TransCanada Corp. has taken another one-two punch from Uncle Sam on its controversial plan to extend the Keystone pipeline system from Canada to Texas.
In sharply worded letters to the State Department, both the Environmental Protection Agency and several dozen members of Congress have again called oversight of the massive project inadequate.
TransCanada’s current 1,300-mile Keystone system has sprung 11 leaks in its first year—two in the last month—sparking intense debate over whether the company could safely operate the so-called Keystone XL project, which would nearly double the system’s capacity.
From Alberta to the Gulf Coast
The XL project—officially, the Keystone Gulf Coast Expansion Project—would be the third phase of the $13 billion Keystone pipeline network.
Images: TransCanada Corp.
|TransCanada operates more than 37,000 miles of wholly owned pipelines across North America.|
The 1,661-mile, 36-inch tar sands oil pipeline would begin in Hardisty, Alberta; run through Saskatchewan, Montana, South Dakota and Nebraska; incorporate parts of the recently completed Keystone system in Nebraska and Kansas; and deliver to existing terminals in Nederland, TX, to serve the Port Arthur, TX, market.
In a letter May 31 to Secretary of State Hillary Clinton and EPA Administrator Lisa Jackson, 34 members of Congress called the State Department’s Supplemental Draft Environmental Impact Statement (SDEIS) on the project inadequate. They requested a meeting to discuss their concerns.
‘Ignored or Inadequately Analyzed’
The letter was the legislators’ third on the same topic. Dozens of members of Congress signed similar letters of concern to the State Department in June 2010 and December 2010.
Now, the group writes, “we are concerned that once again the Department of State has failed to appropriately address issues that were ignored or inadequately analyzed in the first environmental review.”
Moreover, the group said, “several new substantive issues” have arisen since the first review—presumably including the recent series of leaks from the current system.
The legislators question whether the additional pipeline is even needed, given the generally accepted long-term objective of reducing U.S. dependence on foreign oil. The draft EIS assumes that the U.S. needs more oil, the letter says, adding: “However, there is more than enough existing pipeline capacity to import maximum levels of Canadian tar sands oil for at least the next 10 years.”
The legislators are also requesting:
· Consideration of alternative routes that avoid environmentally sensitive areas;
· A thorough analysis of the route’s impact on low-income and minority populations;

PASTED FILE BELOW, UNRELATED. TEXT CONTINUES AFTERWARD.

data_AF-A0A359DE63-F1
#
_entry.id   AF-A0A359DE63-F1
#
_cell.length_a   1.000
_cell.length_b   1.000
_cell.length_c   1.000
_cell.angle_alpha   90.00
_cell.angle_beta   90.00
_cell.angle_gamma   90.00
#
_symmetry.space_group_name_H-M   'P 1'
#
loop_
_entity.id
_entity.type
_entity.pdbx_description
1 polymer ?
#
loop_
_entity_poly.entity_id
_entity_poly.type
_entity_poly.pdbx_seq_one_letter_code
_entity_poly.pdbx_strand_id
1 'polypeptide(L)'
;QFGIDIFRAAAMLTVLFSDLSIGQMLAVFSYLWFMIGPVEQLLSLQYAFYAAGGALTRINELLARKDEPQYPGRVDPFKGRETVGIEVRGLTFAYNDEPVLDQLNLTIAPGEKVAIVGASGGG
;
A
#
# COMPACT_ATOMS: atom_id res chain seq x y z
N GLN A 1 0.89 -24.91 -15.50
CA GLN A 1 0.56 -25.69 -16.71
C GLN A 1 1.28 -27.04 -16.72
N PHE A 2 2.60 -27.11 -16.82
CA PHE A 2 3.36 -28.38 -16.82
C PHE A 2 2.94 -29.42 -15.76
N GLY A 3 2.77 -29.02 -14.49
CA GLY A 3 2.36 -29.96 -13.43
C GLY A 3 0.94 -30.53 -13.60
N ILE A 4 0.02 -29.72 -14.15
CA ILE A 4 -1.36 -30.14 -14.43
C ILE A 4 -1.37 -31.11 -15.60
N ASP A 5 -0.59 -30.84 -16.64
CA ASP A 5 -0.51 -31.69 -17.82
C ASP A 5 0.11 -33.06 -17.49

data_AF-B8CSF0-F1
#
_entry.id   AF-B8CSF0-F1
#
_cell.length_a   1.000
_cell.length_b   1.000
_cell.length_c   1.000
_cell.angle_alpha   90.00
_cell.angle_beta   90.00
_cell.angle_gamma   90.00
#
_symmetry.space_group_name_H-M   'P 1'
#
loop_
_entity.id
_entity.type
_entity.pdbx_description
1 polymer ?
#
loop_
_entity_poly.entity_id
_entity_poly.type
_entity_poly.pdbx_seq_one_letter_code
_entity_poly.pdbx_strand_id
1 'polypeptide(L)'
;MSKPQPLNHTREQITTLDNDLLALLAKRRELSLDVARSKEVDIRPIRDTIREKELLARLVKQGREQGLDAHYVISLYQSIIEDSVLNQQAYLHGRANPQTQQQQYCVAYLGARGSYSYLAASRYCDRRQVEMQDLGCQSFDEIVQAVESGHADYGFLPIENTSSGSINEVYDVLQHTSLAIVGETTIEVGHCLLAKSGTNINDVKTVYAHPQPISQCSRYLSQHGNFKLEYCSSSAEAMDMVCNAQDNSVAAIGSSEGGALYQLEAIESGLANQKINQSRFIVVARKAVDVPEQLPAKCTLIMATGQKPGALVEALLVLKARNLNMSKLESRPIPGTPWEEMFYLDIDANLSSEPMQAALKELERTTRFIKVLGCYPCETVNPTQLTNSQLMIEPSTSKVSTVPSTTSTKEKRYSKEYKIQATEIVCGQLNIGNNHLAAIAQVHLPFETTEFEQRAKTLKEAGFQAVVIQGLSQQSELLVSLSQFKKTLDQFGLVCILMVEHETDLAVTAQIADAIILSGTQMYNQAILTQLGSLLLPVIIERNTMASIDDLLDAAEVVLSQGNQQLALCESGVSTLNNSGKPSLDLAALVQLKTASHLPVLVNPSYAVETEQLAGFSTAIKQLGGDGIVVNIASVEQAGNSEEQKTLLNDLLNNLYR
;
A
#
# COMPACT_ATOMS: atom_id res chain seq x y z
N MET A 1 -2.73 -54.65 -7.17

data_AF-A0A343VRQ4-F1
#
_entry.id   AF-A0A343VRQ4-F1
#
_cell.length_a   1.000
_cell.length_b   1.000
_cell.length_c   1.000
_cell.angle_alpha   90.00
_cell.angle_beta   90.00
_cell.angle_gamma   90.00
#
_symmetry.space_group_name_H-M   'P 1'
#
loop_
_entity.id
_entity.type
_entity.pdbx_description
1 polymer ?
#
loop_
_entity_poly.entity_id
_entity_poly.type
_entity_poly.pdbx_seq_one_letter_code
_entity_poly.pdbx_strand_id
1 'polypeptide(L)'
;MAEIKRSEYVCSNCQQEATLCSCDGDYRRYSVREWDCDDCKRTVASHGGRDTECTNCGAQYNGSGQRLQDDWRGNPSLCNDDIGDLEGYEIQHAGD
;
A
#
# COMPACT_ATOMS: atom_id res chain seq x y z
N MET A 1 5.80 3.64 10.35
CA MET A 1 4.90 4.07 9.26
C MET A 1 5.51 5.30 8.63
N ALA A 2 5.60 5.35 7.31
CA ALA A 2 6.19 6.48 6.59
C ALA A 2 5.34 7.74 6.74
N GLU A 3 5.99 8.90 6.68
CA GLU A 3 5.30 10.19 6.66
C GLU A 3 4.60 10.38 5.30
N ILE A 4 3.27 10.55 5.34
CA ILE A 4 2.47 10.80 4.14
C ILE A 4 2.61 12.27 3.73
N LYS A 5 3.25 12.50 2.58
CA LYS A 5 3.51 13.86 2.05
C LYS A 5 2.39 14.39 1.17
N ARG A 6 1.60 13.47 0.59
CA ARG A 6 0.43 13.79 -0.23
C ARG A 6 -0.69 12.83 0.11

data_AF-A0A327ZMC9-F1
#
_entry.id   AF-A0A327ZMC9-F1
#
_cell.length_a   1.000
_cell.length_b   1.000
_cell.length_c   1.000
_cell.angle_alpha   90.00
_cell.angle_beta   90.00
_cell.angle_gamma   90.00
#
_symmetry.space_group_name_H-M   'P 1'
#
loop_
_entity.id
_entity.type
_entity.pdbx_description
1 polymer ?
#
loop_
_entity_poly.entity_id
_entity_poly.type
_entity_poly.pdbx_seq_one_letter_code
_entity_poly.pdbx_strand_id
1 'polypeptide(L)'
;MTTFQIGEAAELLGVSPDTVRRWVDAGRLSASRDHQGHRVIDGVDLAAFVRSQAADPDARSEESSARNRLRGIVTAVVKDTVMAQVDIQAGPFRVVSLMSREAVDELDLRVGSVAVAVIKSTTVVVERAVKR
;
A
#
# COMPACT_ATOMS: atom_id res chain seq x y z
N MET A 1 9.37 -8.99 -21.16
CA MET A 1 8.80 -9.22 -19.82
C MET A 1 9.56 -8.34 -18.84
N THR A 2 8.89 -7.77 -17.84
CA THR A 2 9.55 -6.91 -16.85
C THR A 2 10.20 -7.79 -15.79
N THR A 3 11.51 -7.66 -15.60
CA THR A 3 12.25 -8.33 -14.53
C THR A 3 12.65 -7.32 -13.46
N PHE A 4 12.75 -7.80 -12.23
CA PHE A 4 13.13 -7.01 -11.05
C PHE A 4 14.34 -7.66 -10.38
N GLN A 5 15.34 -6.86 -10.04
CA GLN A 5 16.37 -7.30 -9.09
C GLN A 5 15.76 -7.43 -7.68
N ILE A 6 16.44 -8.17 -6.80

· A “thorough, technical safety review” of diluted bitumen pipelines; and
· A public comment period of at least 120 days.
The EPA is also unhappy with the project. In July 2010, EPA gave the State Department’s draft EIS the lowest possible rating (Inadequate-3) and now says the subsequent supplemental review was not much better. EPA rated the SDEIS “Environmental Objections/Insufficient Information (EO-2)”—the third lowest of four ratings options.
In a nine-page letter June 6 to the State Department, Assistant EPA Administrator Cynthia Giles said the project needed far more study.
“As EPA and the State Department have discussed many times, EPA recommends that the State Department improve the analysis of oil spill risks and alternative pipeline routes, provide additional analysis of potential impacts to communities along the pipeline route and adjacent to refineries and the associated environmental justice concerns, together with ways to mitigate those impacts, improve the discussion of lifecycle greenhouse gas emissions (GHGs) associated with oil sands crude, and improve the analysis of potential impacts to wetlands and migratory bird populations,” Giles wrote.
Tar Sands Oil
Giles’ letter notes Keystone’s recent series of spills and urges more detailed analysis of the risk of (and response to) future spills, particularly since the system carries tar sands diluted bitumen.
Tar sands oil is a heavy, extremely viscous, unconventional petroleum found in large deposits in Canada and elsewhere.
A growing chorus of critics says tar sands oil is more acidic and corrosive than conventional crude and requires more heat and pressure to move, thus increasing the risk of pipeline corrosion and leaks and vastly increasing the GHGs generated in processing and transporting.
Giles notes that a resident reported one of the recent Keystone leaks and said that a recent federal directive regarding the pipeline “was based on the hazardous nature of the product that the pipeline transports and the potential that the conditions causing the failures that led to the recent spills were present elsewhere on the pipeline.”
Leaks Called Manageable
Keystone XL proponents say the U.S. would benefit from having a friendlier, more stable, oil supplier. They also call the tar sand risks overblown.
TransCanada spokesman James Millar called most of the recent Keystone leaks “small and manageable. All were cleaned up quickly and we moved forward.”
The American Petroleum Institute has said that TransCanada’s response to the leaks “shows that the process works.”
The State Department said Monday that it would add six public comment sessions to its review process. The department is expected to reach a decision on the XL project by the end of the year.